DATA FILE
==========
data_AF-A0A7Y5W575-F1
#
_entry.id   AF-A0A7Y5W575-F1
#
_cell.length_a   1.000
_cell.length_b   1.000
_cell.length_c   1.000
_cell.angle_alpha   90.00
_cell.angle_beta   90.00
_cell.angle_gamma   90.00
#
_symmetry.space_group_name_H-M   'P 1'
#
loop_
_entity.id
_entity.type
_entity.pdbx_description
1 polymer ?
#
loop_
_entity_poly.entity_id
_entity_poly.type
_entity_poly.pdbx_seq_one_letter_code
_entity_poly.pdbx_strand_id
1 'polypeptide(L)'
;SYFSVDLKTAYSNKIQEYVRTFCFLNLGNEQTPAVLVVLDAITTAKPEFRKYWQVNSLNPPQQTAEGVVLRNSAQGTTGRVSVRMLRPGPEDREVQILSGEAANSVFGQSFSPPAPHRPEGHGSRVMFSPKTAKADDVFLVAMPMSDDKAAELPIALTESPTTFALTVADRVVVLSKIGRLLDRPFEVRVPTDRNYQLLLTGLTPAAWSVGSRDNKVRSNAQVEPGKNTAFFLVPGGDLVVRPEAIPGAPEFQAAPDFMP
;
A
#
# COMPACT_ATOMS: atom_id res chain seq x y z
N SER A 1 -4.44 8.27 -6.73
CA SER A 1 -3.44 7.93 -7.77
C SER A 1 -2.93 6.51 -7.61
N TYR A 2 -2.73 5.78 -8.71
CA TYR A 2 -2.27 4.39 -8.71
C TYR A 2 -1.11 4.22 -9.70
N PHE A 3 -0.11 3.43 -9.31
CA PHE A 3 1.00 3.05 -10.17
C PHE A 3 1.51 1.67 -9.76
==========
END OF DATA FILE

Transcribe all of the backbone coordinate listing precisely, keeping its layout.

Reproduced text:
data_AF-A0A7Y5W575-F1
#
_entry.id   AF-A0A7Y5W575-F1
#
_cell.length_a   1.000
_cell.length_b   1.000
_cell.length_c   1.000
_cell.angle_alpha   90.00
_cell.angle_beta   90.00
_cell.angle_gamma   90.00
#
_symmetry.space_group_name_H-M   'P 1'
#
loop_
_entity.id
_entity.type
_entity.pdbx_description
1 polymer ?
#
loop_
_entity_poly.entity_id
_entity_poly.type
_entity_poly.pdbx_seq_one_letter_code
_entity_poly.pdbx_strand_id
1 'polypeptide(L)'
;SYFSVDLKTAYSNKIQEYVRTFCFLNLGNEQTPAVLVVLDAITTAKPEFRKYWQVNSLNPPQQTAEGVVLRNSAQGTTGRVSVRMLRPGPEDREVQILSGEAANSVFGQSFSPPAPHRPEGHGSRVMFSPKTAKADDVFLVAMPMSDDKAAELPIALTESPTTFALTVADRVVVLSKIGRLLDRPFEVRVPTDRNYQLLLTGLTPAAWSVGSRDNKVRSNAQVEPGKNTAFFLVPGGDLVVRPEAIPGAPEFQAAPDFMP
;
A
#
# COMPACT_ATOMS: atom_id res chain seq x y z
N SER A 1 -4.44 8.27 -6.73
CA SER A 1 -3.44 7.93 -7.77
C SER A 1 -2.93 6.51 -7.61
N TYR A 2 -2.73 5.78 -8.71
CA TYR A 2 -2.27 4.39 -8.71
C TYR A 2 -1.11 4.22 -9.70
N PHE A 3 -0.11 3.43 -9.31
CA PHE A 3 1.00 3.05 -10.17
C PHE A 3 1.51 1.67 -9.76